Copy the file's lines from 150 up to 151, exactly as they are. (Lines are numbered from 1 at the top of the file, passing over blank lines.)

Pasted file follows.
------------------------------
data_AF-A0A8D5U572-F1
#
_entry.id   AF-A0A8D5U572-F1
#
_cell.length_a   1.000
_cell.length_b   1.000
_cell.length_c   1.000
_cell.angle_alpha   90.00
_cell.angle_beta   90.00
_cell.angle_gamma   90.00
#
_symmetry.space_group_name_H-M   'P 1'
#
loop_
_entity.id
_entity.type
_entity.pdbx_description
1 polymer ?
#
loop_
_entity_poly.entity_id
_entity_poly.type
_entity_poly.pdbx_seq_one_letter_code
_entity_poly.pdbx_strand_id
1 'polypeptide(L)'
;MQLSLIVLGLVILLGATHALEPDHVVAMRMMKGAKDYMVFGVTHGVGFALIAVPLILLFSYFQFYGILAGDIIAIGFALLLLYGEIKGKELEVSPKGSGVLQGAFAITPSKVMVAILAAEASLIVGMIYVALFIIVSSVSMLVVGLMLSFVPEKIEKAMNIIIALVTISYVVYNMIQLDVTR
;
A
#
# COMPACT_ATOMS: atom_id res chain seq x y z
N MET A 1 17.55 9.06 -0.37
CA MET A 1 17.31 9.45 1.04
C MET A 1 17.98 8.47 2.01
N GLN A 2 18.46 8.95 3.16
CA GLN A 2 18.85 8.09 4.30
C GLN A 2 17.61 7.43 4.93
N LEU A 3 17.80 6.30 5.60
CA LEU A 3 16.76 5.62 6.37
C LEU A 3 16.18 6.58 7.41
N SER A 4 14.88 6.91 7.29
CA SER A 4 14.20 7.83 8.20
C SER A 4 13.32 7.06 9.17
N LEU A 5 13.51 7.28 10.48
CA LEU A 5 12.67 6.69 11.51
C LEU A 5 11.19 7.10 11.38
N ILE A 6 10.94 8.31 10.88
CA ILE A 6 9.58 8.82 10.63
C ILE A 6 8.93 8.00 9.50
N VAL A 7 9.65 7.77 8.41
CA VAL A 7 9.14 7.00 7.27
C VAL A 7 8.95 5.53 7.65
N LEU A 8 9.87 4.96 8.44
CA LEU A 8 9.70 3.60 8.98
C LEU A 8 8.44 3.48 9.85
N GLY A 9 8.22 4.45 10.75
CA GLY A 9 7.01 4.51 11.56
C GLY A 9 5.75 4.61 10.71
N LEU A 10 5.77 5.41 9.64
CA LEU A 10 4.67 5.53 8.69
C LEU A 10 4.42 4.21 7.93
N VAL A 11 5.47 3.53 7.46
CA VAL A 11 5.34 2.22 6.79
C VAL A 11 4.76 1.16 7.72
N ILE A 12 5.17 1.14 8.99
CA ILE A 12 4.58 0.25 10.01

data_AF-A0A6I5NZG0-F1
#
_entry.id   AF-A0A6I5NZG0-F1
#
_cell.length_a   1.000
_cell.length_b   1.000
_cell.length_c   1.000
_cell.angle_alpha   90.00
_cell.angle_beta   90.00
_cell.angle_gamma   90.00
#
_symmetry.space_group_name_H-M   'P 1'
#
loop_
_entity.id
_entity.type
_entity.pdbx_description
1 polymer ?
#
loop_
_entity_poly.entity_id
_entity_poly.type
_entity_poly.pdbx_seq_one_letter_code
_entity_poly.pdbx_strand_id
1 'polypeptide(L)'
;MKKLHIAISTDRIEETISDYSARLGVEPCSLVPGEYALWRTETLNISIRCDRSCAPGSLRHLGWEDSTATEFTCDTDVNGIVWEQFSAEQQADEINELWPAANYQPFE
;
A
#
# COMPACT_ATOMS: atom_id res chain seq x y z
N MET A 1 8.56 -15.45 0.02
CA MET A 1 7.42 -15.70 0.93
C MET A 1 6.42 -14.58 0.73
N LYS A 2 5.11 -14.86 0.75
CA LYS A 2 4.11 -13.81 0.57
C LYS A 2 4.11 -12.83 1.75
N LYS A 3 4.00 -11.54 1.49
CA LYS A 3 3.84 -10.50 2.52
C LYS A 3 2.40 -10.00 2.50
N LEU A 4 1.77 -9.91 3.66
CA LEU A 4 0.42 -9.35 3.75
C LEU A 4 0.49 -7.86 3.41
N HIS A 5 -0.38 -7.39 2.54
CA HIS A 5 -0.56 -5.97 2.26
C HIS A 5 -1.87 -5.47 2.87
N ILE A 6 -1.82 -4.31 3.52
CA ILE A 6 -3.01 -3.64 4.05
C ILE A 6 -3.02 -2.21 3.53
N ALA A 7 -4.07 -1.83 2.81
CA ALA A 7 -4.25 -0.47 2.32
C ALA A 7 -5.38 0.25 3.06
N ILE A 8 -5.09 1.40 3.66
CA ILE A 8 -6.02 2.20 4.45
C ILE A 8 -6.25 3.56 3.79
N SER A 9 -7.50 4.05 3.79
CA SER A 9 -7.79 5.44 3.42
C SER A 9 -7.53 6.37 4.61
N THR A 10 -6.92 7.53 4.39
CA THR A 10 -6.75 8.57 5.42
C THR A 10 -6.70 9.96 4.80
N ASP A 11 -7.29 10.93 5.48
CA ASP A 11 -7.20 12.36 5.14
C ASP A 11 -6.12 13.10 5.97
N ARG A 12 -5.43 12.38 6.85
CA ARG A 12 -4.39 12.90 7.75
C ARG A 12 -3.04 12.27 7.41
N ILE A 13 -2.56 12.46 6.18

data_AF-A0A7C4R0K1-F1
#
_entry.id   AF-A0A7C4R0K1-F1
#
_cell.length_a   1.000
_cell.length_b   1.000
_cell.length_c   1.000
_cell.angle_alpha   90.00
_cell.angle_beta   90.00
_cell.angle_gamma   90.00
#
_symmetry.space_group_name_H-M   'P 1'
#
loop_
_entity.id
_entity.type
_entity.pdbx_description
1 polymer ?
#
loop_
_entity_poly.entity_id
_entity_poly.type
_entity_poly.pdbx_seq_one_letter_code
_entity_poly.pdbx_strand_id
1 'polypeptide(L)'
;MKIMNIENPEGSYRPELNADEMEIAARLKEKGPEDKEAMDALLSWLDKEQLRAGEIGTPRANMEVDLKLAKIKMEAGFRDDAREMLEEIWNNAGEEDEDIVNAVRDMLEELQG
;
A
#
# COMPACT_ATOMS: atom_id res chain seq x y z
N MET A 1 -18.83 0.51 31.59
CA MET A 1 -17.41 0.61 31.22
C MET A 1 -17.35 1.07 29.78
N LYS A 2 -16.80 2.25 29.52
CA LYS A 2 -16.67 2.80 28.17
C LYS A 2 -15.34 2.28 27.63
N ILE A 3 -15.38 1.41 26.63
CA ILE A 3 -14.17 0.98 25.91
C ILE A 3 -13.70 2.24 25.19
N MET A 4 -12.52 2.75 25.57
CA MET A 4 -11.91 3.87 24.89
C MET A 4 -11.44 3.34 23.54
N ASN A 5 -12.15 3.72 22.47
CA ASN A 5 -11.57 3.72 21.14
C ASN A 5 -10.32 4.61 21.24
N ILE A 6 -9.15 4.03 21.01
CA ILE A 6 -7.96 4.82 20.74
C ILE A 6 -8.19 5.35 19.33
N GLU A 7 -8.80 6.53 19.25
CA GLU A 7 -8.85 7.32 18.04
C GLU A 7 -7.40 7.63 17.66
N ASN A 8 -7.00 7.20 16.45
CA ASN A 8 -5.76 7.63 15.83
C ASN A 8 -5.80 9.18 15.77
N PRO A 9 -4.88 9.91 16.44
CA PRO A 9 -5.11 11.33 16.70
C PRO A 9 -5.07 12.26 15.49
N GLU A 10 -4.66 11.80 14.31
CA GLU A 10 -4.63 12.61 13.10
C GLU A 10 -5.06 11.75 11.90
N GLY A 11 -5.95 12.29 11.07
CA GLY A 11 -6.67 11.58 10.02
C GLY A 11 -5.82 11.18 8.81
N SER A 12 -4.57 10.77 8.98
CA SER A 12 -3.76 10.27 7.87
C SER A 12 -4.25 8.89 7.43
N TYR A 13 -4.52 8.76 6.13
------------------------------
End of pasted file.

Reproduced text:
1 polymer ?
#